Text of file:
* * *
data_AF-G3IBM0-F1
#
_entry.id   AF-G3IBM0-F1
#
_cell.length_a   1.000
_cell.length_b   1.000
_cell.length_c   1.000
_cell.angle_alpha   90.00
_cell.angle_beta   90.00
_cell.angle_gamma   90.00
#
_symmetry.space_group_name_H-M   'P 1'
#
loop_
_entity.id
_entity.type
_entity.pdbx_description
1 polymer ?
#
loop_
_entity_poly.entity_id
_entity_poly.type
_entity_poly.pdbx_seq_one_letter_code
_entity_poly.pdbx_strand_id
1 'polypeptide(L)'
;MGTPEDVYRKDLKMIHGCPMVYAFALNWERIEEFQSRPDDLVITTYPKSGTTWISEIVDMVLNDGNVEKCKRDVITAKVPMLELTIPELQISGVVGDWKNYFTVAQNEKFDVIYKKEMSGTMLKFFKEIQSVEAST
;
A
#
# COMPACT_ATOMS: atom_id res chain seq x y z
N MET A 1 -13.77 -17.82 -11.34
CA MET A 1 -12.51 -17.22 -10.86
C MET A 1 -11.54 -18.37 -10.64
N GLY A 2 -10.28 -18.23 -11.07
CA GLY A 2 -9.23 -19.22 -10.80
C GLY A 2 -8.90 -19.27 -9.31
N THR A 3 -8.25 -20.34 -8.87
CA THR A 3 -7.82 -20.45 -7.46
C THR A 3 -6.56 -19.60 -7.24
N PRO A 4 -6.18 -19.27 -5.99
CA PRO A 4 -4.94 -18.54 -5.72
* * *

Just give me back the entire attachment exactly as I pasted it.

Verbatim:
data_AF-G3IBM0-F1
#
_entry.id   AF-G3IBM0-F1
#
_cell.length_a   1.000
_cell.length_b   1.000
_cell.length_c   1.000
_cell.angle_alpha   90.00
_cell.angle_beta   90.00
_cell.angle_gamma   90.00
#
_symmetry.space_group_name_H-M   'P 1'
#
loop_
_entity.id
_entity.type
_entity.pdbx_description
1 polymer ?
#
loop_
_entity_poly.entity_id
_entity_poly.type
_entity_poly.pdbx_seq_one_letter_code
_entity_poly.pdbx_strand_id
1 'polypeptide(L)'
;MGTPEDVYRKDLKMIHGCPMVYAFALNWERIEEFQSRPDDLVITTYPKSGTTWISEIVDMVLNDGNVEKCKRDVITAKVPMLELTIPELQISGVVGDWKNYFTVAQNEKFDVIYKKEMSGTMLKFFKEIQSVEAST
;
A
#
# COMPACT_ATOMS: atom_id res chain seq x y z
N MET A 1 -13.77 -17.82 -11.34
CA MET A 1 -12.51 -17.22 -10.86
C MET A 1 -11.54 -18.37 -10.64
N GLY A 2 -10.28 -18.23 -11.07
CA GLY A 2 -9.23 -19.22 -10.80
C GLY A 2 -8.90 -19.27 -9.31
N THR A 3 -8.25 -20.34 -8.87
CA THR A 3 -7.82 -20.45 -7.46
C THR A 3 -6.56 -19.60 -7.24
N PRO A 4 -6.18 -19.27 -5.99
CA PRO A 4 -4.94 -18.54 -5.72